Autodelta built engines for lotsa things—but not rockets; the contraption on the left is a boat.

Vol. 2 will now definitely remind you that you really wish someone had explained who the people behind this book are. What makes them tick?? Why go to such extreme lengths?? This volume is full of source material, meaning reproductions of internal Alfa Romeo material such as homologation files for the various models, reproduced in their entirety, full size (you’ll want to brush up on your Italian), and even the extensions to homologation reports that were required to document modifications. Then there are official tech documents covering everything from torque values to how to align throttle valves—and all of this is in English because these came from a US source that created them on their own reconnaissance in the 1960/70s. And then the coup de grace: photos of every racing part ever produced. Well, there are some gaps, but hope springs eternal that one day every last O ring will have been photographed. Alfa Romeo never bothered to create an in-house parts catalog and this sort of knowledge used to reside only in the heads of parts and service guys. (In fact, dealers everywhere were expected to have someone on staff who spoke enough Italian to be able to communicate with Autodelta!) Restorers will wear out this volume for sure, although it should be realized that using surviving paperwork to assign parts to specific years of production can be hampered when record-keeping in period (or reconstructed later) was not in synch with real-time practice in the field/shop floor.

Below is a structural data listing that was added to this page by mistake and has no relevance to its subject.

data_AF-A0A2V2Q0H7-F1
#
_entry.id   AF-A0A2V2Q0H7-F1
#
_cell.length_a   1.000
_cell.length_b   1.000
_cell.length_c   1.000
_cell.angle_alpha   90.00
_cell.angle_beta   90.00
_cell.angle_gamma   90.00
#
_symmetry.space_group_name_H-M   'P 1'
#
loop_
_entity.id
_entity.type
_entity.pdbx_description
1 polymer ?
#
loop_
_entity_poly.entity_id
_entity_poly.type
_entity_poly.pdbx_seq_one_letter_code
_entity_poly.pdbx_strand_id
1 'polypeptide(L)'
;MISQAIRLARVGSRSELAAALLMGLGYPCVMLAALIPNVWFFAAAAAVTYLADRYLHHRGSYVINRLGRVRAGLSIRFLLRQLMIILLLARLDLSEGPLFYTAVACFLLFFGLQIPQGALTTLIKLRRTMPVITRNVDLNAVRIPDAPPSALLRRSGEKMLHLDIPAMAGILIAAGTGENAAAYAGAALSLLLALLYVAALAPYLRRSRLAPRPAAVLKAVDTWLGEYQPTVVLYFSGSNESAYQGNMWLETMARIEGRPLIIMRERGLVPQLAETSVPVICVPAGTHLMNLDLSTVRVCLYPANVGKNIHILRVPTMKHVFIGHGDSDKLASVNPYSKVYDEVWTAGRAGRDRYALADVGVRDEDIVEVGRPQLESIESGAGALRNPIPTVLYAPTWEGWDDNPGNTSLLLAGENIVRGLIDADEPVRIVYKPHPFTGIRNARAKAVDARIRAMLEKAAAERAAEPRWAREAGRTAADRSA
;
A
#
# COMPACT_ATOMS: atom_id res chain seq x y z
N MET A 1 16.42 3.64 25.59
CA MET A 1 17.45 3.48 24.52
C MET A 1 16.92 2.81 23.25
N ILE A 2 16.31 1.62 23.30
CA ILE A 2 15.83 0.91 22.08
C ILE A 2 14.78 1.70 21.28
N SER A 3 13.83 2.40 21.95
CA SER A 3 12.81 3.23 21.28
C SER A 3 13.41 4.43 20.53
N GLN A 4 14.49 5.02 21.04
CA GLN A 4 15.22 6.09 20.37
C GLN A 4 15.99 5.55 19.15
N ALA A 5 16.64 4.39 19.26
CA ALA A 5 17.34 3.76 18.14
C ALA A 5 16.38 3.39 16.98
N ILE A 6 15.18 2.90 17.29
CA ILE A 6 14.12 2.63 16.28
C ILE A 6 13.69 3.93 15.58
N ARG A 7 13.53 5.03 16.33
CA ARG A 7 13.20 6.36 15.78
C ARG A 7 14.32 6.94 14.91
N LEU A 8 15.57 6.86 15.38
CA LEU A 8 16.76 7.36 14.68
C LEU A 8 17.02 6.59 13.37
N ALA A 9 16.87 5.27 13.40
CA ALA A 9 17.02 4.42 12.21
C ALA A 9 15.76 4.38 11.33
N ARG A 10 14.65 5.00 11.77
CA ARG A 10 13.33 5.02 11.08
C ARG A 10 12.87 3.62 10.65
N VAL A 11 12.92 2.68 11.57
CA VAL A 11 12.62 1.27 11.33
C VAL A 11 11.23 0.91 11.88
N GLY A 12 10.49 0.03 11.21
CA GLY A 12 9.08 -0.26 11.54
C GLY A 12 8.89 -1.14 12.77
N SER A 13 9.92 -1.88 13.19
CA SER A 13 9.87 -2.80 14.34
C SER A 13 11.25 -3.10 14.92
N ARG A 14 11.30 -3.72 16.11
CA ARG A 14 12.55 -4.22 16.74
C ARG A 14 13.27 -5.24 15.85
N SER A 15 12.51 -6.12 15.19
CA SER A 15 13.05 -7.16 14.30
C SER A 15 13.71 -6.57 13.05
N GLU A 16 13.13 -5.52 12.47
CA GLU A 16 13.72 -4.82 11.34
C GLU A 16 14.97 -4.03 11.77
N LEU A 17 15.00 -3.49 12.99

Note the helpful inclusion of calipers and yardsticks for scale.